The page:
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Libya

Implementation of the UN-mediated 2015 political deal that established the Presidency Council and Tripoli-based interim government has been hindered by claims of illegitimacy by rival political forces. Although the framework of the deal is the only viable path to resolving the Libyan conflict, Crisis Group encourages all parties to negotiate a new government with nationwide legitimacy. Important steps were taken in July 2017, when rivals President al-Serraj and General Haftar agreed to a ceasefire agreement and to hold elections in 2018. Yet Libya remains deeply divided and failure to implement the agreement could adversely affect regional security as well as increase migrant flows into the European Union. Crisis Group aims to inform the international community, as well as national and regional actors, about the importance prioritising economic development and basic political consensus as  the main stepping stones for sustainable peace.

CrisisWatch Libya

Unchanged Situation

Ghassan Salamé, UN envoy for Libya, 20 Sept unveiled three-step plan to break political stalemate including renegotiation of parts of 2015 peace deal, conference aimed at appointing new Presidency Council reducing nine members to three and preparation of elections; international actors voiced unanimous support. Negotiations between rival parliamentary bodies House of Representatives and State Council began 25 Sept in Tunis as first step in UN plan. Representatives of Libyan National Army (LNA) loyal to eastern-based strongman General Haftar visited Moscow early Sept and French and Italian ministers made separate visits to his headquarters; Haftar also visited Rome and Paris 27-28 Sept in ongoing consultations. Members of State Council representing city of Derna 14 Sept called on UN Human Rights Council to take action to end LNA’s siege on city and avoid humanitarian disaster. Rival armed groups Dabashi Brigade and Anti-ISIS Operations Room clashed in Sabratha area, 80km west of Tripoli mid to late Sept, at least seventeen killed, clashes lessened end-Sept. Migrant departures to Europe resumed after lull in July and Aug; at least 100 left Sabratha 15 Sept, over half feared drowned after boat ran out of fuel. U.S. airstrikes 22 Sept killed seventeen alleged Islamic State (ISIS) fighters in camp some 200km south east of Sirte.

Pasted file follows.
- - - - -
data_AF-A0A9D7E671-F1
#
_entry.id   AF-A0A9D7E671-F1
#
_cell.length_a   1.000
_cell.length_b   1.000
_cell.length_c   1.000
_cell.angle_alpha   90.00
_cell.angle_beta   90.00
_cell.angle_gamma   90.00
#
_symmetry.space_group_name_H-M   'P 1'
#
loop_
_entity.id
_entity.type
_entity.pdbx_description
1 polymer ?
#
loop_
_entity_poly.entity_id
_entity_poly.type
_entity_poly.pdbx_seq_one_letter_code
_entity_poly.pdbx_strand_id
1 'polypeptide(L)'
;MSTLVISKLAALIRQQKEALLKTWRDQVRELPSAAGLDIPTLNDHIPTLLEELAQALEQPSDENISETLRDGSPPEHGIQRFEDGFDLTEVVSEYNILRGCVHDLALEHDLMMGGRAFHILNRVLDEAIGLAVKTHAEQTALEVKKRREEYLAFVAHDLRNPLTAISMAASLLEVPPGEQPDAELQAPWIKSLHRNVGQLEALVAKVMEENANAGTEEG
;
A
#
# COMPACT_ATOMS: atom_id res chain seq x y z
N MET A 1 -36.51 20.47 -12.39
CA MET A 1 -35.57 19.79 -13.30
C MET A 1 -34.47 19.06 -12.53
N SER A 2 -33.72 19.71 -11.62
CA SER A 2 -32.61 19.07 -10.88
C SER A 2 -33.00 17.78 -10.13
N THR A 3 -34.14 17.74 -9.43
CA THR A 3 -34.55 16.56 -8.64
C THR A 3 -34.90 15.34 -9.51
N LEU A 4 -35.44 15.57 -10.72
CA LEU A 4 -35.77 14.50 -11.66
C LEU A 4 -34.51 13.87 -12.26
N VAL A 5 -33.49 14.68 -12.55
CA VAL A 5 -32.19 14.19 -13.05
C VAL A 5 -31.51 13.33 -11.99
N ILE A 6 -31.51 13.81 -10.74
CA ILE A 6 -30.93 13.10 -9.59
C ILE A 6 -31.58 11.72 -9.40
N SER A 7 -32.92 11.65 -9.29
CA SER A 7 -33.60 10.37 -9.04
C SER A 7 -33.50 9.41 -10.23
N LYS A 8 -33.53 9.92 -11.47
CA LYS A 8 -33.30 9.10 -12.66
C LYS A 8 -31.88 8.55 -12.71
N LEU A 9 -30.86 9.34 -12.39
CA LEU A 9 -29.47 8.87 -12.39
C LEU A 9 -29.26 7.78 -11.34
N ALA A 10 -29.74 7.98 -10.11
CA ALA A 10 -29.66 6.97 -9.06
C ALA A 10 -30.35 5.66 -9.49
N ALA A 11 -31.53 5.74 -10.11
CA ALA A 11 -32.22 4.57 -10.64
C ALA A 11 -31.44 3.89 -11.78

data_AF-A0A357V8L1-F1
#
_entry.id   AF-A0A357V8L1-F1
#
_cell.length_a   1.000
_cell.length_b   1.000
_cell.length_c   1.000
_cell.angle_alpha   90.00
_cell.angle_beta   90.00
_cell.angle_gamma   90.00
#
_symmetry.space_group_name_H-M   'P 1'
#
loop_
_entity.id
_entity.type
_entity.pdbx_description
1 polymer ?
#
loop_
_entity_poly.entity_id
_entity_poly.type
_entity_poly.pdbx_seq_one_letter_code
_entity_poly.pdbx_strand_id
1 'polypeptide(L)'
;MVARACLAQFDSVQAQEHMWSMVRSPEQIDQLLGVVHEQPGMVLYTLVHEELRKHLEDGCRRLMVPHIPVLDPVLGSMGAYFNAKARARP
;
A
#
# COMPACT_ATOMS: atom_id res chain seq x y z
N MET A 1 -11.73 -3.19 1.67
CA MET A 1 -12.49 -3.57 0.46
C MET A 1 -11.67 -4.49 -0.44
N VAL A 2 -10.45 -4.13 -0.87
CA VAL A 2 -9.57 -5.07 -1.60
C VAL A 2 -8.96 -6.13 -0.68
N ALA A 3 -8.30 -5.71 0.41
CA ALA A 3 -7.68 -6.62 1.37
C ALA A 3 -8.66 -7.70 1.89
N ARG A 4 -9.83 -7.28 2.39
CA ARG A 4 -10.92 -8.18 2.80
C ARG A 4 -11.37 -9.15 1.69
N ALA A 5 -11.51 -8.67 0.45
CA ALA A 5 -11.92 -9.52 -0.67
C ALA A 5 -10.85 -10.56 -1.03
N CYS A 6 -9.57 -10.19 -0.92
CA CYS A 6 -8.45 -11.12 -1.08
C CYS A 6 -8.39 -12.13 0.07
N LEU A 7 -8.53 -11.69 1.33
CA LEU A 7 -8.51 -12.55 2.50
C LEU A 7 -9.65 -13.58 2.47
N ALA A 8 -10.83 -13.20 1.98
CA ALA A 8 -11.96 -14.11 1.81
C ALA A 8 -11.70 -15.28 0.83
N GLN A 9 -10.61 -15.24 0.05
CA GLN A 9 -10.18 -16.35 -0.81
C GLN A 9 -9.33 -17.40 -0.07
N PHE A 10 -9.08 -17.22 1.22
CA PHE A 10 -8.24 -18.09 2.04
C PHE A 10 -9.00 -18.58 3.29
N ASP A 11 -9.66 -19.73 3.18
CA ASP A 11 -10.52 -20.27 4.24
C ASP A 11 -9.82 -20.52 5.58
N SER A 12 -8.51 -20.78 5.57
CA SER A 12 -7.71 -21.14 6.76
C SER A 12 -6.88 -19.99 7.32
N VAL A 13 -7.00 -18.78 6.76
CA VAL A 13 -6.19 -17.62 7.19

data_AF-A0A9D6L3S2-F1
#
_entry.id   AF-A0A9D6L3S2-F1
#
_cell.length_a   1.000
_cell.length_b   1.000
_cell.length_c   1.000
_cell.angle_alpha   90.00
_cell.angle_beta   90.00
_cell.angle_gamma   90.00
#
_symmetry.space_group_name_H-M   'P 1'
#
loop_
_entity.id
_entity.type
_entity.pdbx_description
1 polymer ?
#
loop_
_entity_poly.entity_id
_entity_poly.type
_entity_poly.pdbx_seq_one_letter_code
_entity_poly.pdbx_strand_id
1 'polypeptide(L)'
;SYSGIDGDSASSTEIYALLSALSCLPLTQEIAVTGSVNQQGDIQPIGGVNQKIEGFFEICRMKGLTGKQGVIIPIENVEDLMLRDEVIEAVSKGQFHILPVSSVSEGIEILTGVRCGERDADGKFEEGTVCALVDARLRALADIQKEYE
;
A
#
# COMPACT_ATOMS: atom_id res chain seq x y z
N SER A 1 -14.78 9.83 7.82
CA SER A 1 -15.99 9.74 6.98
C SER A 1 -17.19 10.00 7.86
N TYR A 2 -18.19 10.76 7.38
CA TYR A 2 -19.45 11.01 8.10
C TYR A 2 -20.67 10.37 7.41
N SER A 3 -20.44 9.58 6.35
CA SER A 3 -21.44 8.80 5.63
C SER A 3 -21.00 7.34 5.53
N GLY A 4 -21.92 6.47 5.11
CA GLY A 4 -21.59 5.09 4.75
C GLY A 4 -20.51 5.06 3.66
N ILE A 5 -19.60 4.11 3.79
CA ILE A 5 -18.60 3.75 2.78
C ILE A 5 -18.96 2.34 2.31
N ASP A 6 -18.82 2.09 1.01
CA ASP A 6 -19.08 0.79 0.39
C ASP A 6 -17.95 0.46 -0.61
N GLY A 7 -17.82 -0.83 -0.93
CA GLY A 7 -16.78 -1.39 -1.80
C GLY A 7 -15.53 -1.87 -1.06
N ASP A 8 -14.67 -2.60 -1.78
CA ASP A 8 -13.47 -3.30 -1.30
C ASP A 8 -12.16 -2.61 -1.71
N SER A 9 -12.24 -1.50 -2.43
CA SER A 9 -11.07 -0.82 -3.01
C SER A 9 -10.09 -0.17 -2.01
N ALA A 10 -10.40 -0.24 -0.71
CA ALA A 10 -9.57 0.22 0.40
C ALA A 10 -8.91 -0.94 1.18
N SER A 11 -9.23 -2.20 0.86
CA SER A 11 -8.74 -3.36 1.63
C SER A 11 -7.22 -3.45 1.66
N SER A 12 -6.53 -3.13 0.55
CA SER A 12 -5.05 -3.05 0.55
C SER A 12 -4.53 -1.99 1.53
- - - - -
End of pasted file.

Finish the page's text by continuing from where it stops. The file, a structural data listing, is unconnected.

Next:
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Reports & Briefings

In The News

24 Sep 2017
[A U.S. military] strike [against ISIS positions in Libya] seems to indicate Libya is mainly an anti-terrorism file and only subsequently a political file [for the U.S. government]. The Washington Post

Claudia Gazzini

Senior Analyst, Libya
19 Sep 2017
Now the problem is that those [political] factions [across Libya] have fragmented internally. It's even more difficult to solicit representative views. Reuters

Claudia Gazzini

Senior Analyst, Libya
9 Sep 2017
The smuggling business [in Libya] is a business. It’s all about money. The Economist

Claudia Gazzini

Senior Analyst, Libya
27 Jul 2017
Several members [of the Libyan Presidency Council] think [Faiez al-Serraj] is not fit to lead–that he does not have the knowledge, charisma or decision-making capability. The Economist

Claudia Gazzini

Senior Analyst, Libya
13 Jul 2017
We are already seeing signs that [attempts by ISIS remnants to influence and win over groups opposed to General Khalifa Haftar in Libya] may have already happened. AP

Claudia Gazzini

Senior Analyst, Libya
29 May 2017
The fact Egypt has a free hand to carry out these strikes [in Libya] is a cause of concern for those political and military forces on the ground that are opposing Haftar. Middle East Eye

Claudia Gazzini

Senior Analyst, Libya

Latest Updates

Fixing Libya's Economy Essential to Curb Migrant Flows

A recent dramatic decrease in migrants reaching Europe may be partly explained by payoffs to armed groups in Libya. In this video, Crisis Group’s Senior Analyst for Libya, Claudia Gazzini, warns of the risks associated with short-term solutions to the flow of migrants reaching Europe through Libya.

Traversing the Tribal Patchwork of Libya’s South West

Our Senior Analyst Claudia Gazzini travels to southern Libya and finds neglect, smugglers, a gold rush, and simmering tensions among a patchwork of ethnic, tribal and militia actors on the edge of the Sahara Desert. She also discovers much longing for a united, well-governed Libya.

Terrorism and Counter-terrorism: New Challenges for the European Union

Despite suffering significant blows in Syria and Iraq, jihadist movements across the Middle East, North Africa and Lake Chad regions continue to pose significant challenges. In this excerpt from the Watch List 2017 – First Update early-warning report for European policy makers, Crisis Group urges the European Union and its member states to prioritise conflict prevention at the heart of their counter-terrorism policy and continue investment in vulnerable states.

Statement / Africa

Twelve Points for the New African Union Commission Chairperson

Africa is experiencing the highest number of humanitarian crises since the 1990s. As the new chair of the African Union Commission, Moussa Faki Mahamat, takes office, International Crisis Group suggests how he can strengthen the organisation’s response to threats to continental peace and security.

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New Libyan Militia’s Oil Strike Risks Wider Conflagration

Libyan factions are once again fighting for control of key oil installations in the Gulf of Sirte’s “oil crescent”. The latest offensive risks reducing Libya’s oil production and is undermining efforts to broker a peace deal. In this Q&A Claudia Gazzini, Senior Analyst for Libya, assesses the fallout.

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Claudia Gazzini

Senior Analyst, Libya
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